Cheetah

Cheetahs are the fastest land animal.  They are known for their great speeds, even if they only maintain those speeds in bursts over short spans of time.  Cheetahs can run up to 70 miles per hour to catch their prey.  There are five subspecies of cheetahs which include the Asiatic cheetah, Northwest African cheetah, South African cheetah, Sudan cheetah, and Tanzanian cheetah.

Lifespan

Cheetahs, on average, live between 8 and 10 years in the wild and between 10 and 12 years in captivity. There are a few documented cases of captive cheetahs living to be 20 years old.

Shape & Size

Cheetahs have long, slender bodies with deep chests. They are typically about three feet tall at the shoulder and can weigh between 110 and 140 pounds.

Color Pattern

Cheetahs have a yellow or golden coat with solid black spots.

Behavior

Cheetahs are typically solitary animals, however, at times, males will form coalitions of two or three brothers from the same litter. Females are solitary unless they are raising a litter of cubs.

Habitat

Cheetahs hunt mainly on the open or mostly open savannas and plains of Africa and Asia. They use the tall grasses to their advantage to camouflage them from their prey.

Principal Threats

Cheetahs' numbers over the last couple decades have declined dramatically due mostly to poaching but also to habitat loss. Cheetah fur brings in a lot of money on the black market.

Acinonyx jubatus

Range Map

Range

Cheetahs are most prevalent in Africa but only inhabit about 6% of their original range. There is a small population of about 200 cheetahs in Iran and a few in Afghanistan and the Indian subcontinent.

Food

Cheetahs prefer to hunt medium-sized prey. They will often go after medium-sized hoofstalk including antelope, impala, and springbok. They have also been known to hunt hares, foxes, and occasionally warthogs.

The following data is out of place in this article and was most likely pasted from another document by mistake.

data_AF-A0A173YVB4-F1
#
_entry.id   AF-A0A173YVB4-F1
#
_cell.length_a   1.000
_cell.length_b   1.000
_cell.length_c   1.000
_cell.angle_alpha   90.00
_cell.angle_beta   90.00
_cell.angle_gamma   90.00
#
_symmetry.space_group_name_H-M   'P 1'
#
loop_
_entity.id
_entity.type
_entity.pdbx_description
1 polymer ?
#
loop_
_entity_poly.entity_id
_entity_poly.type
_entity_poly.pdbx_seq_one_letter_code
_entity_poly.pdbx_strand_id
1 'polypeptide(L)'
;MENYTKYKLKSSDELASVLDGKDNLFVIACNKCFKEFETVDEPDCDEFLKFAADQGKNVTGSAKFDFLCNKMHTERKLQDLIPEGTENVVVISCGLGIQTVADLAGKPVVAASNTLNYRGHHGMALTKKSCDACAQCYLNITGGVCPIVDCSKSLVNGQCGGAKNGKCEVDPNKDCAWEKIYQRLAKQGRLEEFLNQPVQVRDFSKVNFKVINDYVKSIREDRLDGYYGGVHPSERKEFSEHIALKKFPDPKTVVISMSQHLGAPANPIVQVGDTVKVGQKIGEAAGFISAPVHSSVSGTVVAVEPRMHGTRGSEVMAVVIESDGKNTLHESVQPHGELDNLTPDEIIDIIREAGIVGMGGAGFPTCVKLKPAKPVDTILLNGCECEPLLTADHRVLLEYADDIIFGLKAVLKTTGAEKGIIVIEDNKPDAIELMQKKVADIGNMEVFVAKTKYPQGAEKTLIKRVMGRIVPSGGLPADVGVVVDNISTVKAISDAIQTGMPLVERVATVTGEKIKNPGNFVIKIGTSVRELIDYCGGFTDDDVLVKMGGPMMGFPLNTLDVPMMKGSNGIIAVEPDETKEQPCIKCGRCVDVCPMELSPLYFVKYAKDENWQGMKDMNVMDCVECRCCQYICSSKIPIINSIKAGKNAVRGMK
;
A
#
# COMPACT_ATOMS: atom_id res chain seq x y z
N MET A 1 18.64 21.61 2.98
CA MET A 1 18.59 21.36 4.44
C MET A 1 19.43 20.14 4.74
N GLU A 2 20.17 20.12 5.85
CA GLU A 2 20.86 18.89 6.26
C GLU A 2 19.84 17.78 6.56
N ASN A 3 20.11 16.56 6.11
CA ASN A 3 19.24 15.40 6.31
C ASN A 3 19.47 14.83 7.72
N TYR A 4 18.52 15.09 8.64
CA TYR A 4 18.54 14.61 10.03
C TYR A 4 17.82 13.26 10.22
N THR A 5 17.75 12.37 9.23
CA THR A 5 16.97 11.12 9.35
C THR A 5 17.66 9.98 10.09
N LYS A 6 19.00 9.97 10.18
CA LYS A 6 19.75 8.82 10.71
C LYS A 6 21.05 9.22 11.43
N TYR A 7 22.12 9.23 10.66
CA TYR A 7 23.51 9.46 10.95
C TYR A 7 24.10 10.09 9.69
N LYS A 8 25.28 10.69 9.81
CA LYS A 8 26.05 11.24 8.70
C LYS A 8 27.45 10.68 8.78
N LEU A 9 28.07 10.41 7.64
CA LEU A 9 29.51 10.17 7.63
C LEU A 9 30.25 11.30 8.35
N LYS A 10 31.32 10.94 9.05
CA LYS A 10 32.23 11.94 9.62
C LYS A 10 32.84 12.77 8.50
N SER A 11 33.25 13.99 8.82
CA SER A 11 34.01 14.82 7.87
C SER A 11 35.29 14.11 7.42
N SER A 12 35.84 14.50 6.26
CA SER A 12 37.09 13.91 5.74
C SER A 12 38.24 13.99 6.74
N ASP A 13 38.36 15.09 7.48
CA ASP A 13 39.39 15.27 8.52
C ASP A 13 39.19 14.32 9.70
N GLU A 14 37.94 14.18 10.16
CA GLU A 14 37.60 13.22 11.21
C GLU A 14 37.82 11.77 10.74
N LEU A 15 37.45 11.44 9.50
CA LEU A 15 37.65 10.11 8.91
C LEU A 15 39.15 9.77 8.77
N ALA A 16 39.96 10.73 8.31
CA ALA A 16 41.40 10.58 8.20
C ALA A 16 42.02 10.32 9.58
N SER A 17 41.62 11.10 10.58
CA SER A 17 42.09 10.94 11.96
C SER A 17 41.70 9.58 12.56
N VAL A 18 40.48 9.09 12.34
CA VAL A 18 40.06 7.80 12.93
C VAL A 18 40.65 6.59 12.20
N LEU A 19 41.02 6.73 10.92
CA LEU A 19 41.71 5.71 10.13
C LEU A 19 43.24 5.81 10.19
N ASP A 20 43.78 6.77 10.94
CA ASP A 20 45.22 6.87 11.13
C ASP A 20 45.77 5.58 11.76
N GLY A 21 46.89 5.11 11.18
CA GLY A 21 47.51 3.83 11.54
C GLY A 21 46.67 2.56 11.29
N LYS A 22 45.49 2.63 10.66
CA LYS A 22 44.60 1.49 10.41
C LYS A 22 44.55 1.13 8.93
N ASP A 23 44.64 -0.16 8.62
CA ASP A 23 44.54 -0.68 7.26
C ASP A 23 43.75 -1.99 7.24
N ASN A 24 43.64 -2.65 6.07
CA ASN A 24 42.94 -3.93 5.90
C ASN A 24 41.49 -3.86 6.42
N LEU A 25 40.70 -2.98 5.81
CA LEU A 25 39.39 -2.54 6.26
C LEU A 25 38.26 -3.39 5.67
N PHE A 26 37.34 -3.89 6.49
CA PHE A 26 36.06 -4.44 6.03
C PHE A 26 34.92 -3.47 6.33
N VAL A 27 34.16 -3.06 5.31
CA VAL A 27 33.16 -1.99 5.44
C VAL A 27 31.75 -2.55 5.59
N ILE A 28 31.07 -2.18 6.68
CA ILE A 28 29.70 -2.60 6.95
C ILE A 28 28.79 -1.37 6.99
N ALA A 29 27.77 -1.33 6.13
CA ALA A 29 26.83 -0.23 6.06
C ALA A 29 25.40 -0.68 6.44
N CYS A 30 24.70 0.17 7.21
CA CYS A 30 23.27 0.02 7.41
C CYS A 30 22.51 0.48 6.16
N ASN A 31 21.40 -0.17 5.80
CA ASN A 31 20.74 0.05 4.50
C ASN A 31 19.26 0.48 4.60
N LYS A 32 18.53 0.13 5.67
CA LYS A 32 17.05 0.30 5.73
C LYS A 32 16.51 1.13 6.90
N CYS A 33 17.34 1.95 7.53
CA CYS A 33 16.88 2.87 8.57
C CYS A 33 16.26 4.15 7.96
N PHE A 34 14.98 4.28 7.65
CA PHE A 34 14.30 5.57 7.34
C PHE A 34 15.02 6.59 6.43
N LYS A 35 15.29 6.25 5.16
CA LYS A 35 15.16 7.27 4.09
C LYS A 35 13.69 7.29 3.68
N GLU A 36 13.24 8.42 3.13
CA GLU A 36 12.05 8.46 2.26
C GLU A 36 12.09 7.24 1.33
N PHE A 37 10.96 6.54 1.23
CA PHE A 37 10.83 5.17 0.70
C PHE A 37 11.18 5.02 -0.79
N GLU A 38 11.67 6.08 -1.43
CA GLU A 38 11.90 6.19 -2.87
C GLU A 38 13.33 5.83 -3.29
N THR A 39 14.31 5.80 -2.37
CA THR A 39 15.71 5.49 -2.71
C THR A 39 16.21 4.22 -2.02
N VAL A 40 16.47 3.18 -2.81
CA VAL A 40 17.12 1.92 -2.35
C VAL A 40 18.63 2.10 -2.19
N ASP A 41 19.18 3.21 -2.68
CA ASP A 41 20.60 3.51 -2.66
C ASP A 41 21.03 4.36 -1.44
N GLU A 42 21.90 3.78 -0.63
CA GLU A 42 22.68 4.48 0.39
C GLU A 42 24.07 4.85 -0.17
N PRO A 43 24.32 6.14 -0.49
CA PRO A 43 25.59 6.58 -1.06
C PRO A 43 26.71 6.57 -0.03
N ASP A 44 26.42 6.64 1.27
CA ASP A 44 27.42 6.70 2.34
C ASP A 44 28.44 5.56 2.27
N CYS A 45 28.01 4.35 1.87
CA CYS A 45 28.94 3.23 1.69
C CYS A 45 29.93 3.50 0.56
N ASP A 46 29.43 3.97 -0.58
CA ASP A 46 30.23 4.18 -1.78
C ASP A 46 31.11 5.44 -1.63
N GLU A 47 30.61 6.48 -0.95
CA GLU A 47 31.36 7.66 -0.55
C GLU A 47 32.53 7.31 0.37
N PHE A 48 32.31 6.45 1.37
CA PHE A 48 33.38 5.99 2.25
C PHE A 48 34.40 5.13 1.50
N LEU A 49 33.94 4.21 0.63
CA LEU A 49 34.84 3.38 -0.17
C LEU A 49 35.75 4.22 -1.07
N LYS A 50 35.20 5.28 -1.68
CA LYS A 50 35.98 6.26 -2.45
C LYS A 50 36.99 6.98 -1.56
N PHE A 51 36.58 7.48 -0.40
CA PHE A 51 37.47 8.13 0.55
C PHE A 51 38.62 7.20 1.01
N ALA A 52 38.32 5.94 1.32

Reproductive Habits

The gestation period for cheetahs is about three months. Females have between two and four cubs in a litter and the cubs stay with their mother until they are about a year old. The mortality rate of cheetah cubs is high. Nearly 83% of cubs die before reaching adolescence. About 77% of those deaths are attributed to lions.

Behavior

When hunting, cheetahs stalk their prey to get as close as they can. When they are able, their method of knocking prey down is to swat at their legs and feet as they run. Cheetahs then suffocate the animal as quickly as possible and eat as much as they can before larger predators come in and steal their food. Cheetahs are typically diurnal, meaning they do most of their hunting during the day. This is not true for most large predators in Africa, who would be considered enemies of cheetahs.

Conservation

Cheetahs are considered "vulnerable" on the IUCN Red List. The main reasons for a decline in population are habitat loss and poaching for cheetah pelts.

Fun Facts

  • Cheetahs are the fastest land animal and can reach speeds up to 70 mph

  • Cheetahs are the only cats that do not have fully retractable claws; their semi-retractable claws allow them to gain traction as they build up speed chasing after their prey